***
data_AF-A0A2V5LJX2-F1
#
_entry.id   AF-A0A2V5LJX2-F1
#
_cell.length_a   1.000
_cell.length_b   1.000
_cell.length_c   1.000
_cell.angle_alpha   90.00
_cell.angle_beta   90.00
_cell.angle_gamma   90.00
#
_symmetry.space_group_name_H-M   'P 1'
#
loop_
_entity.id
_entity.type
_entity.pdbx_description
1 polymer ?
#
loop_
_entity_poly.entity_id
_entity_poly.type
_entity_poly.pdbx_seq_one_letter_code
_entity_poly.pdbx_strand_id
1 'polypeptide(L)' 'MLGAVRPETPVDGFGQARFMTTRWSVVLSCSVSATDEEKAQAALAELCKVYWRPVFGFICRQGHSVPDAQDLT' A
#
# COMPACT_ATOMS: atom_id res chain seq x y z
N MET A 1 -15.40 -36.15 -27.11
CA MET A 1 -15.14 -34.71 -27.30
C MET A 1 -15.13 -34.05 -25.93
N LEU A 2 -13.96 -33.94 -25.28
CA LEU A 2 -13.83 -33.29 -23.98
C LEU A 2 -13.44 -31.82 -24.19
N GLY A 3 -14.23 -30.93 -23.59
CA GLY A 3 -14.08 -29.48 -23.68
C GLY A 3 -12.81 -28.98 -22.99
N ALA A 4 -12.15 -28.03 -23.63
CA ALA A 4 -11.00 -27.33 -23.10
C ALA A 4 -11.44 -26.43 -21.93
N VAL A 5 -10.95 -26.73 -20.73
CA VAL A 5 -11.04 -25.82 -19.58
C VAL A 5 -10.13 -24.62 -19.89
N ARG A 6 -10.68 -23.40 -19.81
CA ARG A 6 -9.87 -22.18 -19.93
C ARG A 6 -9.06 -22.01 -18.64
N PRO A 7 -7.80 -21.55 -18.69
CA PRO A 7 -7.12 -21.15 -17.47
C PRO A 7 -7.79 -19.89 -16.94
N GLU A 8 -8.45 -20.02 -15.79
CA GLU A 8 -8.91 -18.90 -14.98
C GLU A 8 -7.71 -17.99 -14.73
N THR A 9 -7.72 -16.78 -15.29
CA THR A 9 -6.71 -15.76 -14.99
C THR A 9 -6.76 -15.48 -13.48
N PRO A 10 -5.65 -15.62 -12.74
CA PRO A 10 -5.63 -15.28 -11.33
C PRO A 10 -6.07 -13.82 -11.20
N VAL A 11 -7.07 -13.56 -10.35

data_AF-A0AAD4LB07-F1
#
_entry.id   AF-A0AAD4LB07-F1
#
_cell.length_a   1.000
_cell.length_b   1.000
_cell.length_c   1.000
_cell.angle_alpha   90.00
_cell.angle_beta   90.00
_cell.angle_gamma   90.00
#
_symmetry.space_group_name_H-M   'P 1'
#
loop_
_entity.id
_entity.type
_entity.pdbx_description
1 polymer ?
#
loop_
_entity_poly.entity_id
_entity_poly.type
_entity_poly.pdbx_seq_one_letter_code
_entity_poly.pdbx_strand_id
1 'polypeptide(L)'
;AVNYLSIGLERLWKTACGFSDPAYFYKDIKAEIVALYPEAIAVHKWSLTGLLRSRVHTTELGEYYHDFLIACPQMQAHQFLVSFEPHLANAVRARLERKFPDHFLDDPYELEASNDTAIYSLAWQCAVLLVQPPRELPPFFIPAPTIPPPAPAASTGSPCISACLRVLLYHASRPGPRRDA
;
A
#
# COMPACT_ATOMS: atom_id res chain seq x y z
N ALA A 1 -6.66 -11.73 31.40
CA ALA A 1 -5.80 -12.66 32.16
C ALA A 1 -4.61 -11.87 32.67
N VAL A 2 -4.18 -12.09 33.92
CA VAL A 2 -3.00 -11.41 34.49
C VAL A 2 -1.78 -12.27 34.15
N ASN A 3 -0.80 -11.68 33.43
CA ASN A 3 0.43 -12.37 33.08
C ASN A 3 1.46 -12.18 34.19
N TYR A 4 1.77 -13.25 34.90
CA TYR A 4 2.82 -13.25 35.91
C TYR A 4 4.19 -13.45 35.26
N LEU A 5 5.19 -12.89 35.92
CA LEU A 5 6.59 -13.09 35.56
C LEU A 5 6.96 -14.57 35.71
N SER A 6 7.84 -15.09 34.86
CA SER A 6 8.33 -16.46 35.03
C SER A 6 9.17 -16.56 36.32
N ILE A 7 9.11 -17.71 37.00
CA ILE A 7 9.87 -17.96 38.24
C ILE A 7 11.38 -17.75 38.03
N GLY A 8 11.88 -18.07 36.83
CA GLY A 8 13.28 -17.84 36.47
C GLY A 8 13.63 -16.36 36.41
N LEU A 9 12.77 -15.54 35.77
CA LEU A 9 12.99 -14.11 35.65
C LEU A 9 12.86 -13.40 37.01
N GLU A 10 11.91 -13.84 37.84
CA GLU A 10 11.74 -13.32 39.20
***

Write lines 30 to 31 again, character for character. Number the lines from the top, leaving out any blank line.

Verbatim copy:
C MET A 1 -15.13 -34.05 -25.93
N LEU A 2 -13.96 -33.94 -25.28